Workplace injuries are sometimes inevitable due to the dangers of a particular job. Fortunately, the workers' compensation system in North Carolina is designed with this reality in mind. However, efforts are made by the Occupational Safety and Health Administration to help avoid workplace accidents that can lead to injury or death. Although workers' compensation benefits are helpful to those who are injured, most would agree that preventing the accident in the first place should be a priority.
Sadly, a recent accident outside a gas station in North Carolina involving a driver and a worker working inside a manhole raised concerns about a possibly unsafe work environment as questions remain over whether the accident could have been prevented.
A 52-year-old woman struck a 50-year-old Clean Fuels of Indiana employee with her car as she left a gas station after filling up. The undercarriage of her car went into a manhole opening and hit the worker underneath. Police are investigating the incident to determine how the driver did not see the workman. Sadly, the worker died as a result of the accident.
Police reports stated two orange cones highlighted the manhole. A spokesperson for the National Council for Occupational Health and Safety claimed the real issue was not the driver but inadequate protection afforded to the worker on duty. According to the spokesperson, cones are not enough to mark the opening--a driver should not even be able to get close to an area under repair or construction. Barriers should be put up to keep some distance, and the failure to do so may have created a hazardous work environment.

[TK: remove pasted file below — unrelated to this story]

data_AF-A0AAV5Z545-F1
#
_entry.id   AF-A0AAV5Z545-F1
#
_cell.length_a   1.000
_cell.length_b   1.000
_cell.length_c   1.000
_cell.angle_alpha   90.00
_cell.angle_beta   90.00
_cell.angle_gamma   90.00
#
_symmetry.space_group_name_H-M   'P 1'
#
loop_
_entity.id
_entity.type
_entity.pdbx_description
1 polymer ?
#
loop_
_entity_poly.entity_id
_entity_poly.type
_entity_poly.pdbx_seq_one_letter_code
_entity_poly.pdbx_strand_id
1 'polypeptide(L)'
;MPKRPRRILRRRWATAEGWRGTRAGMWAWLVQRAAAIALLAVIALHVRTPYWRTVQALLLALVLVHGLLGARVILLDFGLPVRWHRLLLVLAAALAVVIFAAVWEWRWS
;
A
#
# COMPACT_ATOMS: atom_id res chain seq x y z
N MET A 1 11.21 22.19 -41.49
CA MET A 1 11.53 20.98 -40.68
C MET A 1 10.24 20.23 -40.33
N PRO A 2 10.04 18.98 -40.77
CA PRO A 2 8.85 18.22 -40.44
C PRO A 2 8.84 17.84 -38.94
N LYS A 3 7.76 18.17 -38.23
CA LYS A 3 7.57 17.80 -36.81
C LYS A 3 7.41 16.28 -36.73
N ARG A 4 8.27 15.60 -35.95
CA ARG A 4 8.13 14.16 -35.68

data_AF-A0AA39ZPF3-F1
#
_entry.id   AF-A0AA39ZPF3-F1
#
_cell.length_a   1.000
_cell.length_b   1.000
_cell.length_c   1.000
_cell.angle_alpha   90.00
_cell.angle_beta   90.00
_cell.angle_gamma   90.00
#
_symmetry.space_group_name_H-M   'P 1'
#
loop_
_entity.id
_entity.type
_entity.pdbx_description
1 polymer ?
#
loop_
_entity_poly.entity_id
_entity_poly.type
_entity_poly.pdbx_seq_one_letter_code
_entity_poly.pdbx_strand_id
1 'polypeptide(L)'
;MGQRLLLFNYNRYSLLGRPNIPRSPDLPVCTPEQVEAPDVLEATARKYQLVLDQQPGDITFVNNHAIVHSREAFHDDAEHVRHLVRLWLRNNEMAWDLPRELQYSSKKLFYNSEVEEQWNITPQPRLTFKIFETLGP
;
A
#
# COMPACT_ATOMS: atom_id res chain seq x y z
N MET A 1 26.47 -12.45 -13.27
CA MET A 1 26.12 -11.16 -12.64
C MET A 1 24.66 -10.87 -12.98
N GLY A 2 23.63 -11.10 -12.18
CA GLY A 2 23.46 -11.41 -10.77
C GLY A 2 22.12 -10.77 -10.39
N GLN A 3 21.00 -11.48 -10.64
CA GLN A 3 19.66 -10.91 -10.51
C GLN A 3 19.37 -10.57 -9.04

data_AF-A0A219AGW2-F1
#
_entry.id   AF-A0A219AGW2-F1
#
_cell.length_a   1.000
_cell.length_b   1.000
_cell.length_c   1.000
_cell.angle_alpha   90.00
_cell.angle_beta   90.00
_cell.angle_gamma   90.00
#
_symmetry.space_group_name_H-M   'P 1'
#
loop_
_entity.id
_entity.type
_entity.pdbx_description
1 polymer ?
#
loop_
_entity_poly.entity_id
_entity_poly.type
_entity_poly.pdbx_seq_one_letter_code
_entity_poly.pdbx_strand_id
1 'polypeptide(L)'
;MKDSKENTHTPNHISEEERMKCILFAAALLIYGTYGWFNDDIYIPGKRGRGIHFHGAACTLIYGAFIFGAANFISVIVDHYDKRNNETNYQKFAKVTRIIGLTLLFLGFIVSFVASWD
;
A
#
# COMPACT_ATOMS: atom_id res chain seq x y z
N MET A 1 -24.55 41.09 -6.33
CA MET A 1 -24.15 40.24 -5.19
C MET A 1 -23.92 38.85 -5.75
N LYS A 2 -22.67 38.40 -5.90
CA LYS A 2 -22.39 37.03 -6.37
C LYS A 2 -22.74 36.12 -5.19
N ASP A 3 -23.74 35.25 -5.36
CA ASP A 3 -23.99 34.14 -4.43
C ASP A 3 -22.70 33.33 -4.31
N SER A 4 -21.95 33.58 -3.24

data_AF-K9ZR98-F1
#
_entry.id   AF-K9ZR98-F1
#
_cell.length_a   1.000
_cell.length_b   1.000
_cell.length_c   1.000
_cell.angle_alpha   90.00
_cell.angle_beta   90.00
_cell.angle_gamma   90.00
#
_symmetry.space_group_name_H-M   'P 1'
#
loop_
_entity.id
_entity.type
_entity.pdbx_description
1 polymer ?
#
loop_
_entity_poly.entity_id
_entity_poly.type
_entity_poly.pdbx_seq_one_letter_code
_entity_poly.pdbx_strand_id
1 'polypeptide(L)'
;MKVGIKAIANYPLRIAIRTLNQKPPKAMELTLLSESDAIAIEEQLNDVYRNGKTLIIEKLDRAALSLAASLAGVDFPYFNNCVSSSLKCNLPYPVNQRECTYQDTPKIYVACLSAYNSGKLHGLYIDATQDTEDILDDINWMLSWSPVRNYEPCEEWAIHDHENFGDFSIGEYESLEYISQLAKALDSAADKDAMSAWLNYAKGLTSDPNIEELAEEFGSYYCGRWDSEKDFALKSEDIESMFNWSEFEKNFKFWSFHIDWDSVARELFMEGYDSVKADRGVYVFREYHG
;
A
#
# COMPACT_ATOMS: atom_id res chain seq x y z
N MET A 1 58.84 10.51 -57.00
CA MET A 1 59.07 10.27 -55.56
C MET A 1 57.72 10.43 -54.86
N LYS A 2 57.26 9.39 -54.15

According to the Department of Labor regulations, floor openings should either be constantly attended by someone or have standard railings. An investigation by the North Carolina Division of Occupational Safety and Health is underway to determine the employer's fault in the accident. According to the vice president of the company, necessary safety measures were in place.
Despite safety measures, workplace safety remains an issue and workers sustain injuries on the job. A workplace accident resulting in the workers' death places an emotional toll on family members. Where the deceased was the breadwinner of the family, it places an additional financial strain on relatives and hampers the grieving process. Loved ones may be able to file a workers' compensation claim against an employer to recover benefits to ease their financial burden.
Source: NBC 17, "Manhole death raises workplace safety questions," June 15, 2012